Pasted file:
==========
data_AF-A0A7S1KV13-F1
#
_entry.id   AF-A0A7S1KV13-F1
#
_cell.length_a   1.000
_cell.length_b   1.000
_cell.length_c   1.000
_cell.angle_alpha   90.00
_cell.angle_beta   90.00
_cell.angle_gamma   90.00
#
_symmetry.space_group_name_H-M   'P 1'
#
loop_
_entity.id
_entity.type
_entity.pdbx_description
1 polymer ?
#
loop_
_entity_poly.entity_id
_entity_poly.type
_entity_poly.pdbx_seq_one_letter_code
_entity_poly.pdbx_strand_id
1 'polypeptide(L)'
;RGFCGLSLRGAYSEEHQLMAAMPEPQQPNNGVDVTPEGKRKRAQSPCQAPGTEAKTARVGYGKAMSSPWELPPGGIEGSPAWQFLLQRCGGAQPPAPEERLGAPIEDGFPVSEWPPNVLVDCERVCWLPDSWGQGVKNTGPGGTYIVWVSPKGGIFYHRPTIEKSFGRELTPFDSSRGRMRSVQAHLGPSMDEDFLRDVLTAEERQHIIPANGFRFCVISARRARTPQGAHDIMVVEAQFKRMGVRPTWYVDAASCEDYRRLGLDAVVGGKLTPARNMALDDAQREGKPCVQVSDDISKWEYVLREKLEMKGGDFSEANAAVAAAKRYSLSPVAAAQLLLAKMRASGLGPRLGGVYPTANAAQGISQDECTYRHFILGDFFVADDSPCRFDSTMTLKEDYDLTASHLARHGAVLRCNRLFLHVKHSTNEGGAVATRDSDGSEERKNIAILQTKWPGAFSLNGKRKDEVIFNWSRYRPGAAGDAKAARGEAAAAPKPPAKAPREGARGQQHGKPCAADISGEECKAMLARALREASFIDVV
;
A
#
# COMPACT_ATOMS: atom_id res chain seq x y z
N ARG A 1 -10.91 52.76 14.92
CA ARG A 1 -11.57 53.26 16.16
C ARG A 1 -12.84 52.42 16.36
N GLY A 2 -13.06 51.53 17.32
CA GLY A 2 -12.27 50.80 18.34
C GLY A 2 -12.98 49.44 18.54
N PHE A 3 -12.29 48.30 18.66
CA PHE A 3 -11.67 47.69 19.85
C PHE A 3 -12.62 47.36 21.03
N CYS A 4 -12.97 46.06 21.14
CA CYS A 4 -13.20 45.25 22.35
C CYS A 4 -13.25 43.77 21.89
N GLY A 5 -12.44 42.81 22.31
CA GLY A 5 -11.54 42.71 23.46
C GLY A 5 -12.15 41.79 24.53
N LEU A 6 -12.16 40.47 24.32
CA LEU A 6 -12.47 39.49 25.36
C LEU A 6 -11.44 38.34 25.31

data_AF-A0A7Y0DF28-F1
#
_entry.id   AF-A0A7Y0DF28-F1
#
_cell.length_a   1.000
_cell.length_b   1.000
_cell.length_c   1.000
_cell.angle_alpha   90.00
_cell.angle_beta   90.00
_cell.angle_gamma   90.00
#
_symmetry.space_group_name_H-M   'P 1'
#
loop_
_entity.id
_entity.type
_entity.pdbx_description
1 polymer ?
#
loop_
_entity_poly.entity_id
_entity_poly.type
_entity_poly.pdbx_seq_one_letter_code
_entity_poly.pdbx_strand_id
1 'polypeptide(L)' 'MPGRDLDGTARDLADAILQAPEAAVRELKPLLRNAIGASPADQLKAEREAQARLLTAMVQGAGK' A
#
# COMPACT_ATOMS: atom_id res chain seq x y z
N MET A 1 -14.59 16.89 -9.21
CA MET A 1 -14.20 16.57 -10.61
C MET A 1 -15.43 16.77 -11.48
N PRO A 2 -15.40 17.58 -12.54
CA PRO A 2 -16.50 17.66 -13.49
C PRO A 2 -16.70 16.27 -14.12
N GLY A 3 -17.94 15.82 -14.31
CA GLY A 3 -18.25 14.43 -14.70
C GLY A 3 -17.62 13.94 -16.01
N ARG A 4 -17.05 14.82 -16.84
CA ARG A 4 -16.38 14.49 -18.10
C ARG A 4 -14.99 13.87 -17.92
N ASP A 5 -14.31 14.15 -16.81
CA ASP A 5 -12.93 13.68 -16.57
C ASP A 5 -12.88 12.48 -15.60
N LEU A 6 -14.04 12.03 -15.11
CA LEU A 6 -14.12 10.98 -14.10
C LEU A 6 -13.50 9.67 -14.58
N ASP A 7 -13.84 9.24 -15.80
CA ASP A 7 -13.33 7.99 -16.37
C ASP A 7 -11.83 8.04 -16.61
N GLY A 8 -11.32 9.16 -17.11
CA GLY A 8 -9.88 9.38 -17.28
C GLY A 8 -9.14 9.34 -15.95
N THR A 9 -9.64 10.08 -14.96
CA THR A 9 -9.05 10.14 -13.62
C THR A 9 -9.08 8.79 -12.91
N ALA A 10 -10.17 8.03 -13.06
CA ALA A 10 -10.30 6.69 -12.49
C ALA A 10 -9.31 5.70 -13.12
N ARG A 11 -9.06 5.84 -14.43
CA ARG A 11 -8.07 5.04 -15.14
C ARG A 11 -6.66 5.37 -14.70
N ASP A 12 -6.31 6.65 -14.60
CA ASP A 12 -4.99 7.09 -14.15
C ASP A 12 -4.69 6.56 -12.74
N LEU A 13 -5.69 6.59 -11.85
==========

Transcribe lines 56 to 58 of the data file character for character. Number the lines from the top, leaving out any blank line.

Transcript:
_cell.angle_alpha   90.00
_cell.angle_beta   90.00
_cell.angle_gamma   90.00